Edward Carson.ca

Distant Early Warning (What the New Said to the Old)

“The medium, or process, of our time – electric technology – is reshaping and restructuring patterns of social interdependence and every aspect of our personal life.” Sound like it could have been in today’s paper? Maybe a squib on the internet about blogging or some other social media? In fact, it’s from the opening statement of a tiny book first published in 1967, a book responsible for widely popularizing its author’s name, and for taking viral one of the great aphorisms of the century. That book was The Medium is the Massage by Marshall McLuhan, a title that plays on McLuhan’s oft repeated phrase “the medium is the message” which first appeared in his 1951 book, The Mechanical Bride, was further examined in Understanding Media: the Extensions of Man (1964), and echoed again in The Gutenberg Galaxy (1962).

Long before Annie Hall and Wired’s declaration of him as its “patron saint”, McLuhan saw mankind as nomadic gatherers of information, craving more and more from the rapidly expanding and intrusive media. Seemingly an “over-night success” by the early 70s, McLuhan had in fact been writing about the media and its effects on content for nearly a quarter century before the world woke up to his enigmatic aphorisms and pronouncements.

And that’s where most of us reside today, about 25 years behind realizing what in fact is going on all around us.

On the door to my office, as it has been on all my office doors for the past 35 years, is another aphorism and constant reminder from a very different time and place: “The fish is often the last to notice the water in which it swims”. So, I try to begin each day by paying attention to what is swirling all around, much of it often hiding in plain sight. As the office computer began arriving in the late 80s to replace its predecessor, the “typeball” IBM Selectric, it quickly became apparent to many of us that something quite profound and innovative was taking place, something that was bringing a change to the way we worked together, our productivity and communications. In less than ten years during the 90s, typesetters virtually disappeared from most of print publishing as Macs and PCs helped publishers move first to digital editing and type, and then into many of the digital design functions as well. In both print publishing as well as the music business, it slashed production costs, improved operating incomes, and internalized and democratized a more connected process of work flow from author/musician, to editor, to production and distribution. That digital interconnectivity was to have a profound effect on writers and musicians, as well as their business models, as the internal office and production network began to emerge into a much larger world of interconnectivity: the internet.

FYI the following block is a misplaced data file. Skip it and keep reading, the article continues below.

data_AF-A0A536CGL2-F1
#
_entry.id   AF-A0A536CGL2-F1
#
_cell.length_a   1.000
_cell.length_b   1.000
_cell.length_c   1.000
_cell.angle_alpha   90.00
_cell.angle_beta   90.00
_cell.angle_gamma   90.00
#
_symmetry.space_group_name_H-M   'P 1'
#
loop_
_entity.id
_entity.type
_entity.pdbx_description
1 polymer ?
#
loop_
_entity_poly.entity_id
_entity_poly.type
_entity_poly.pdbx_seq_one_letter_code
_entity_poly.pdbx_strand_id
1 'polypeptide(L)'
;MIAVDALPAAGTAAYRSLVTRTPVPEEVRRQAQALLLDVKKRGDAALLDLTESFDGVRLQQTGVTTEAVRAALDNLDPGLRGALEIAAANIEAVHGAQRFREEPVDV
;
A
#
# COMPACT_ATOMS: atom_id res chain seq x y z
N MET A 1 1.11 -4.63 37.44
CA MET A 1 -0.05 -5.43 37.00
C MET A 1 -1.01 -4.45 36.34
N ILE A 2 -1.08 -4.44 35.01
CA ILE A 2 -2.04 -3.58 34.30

An even more recent transformation along these lines has occurred in photography, a particular interest of mine. Much like what happened in music as it moved from record to tape to CD to download, giants of the camera and film industry like Kodak have been left behind as its business model continued to rely too heavily on its film technology. Now consumers are in complete control of the entire process; anyone can buy a cameras that can carry hundreds of digital images, which in turn can be downloaded onto laptops, corrected in a personal Photoshop program, printed on a home printer or downloaded over the internet to friends or websites. Once again, that interconnectivity in the digital work flow has begun to materially change how we regard photography, how it is used, and how it is becoming an entirely new art form, unique to this century.

Writing, music and photography, heavily influenced, modified and re-structured through their respective democratizing technology and digital world views, are all evolving along similar lines, though their outcomes will be dramatically different from anything even Marshall McLuhan might have imagined. In particular, writing and photography share many of the same creative concerns as their readers and viewers struggle with questions of what is the true nature of the reality contained within their respective arts. I hope to explore this comparison further in future entries.

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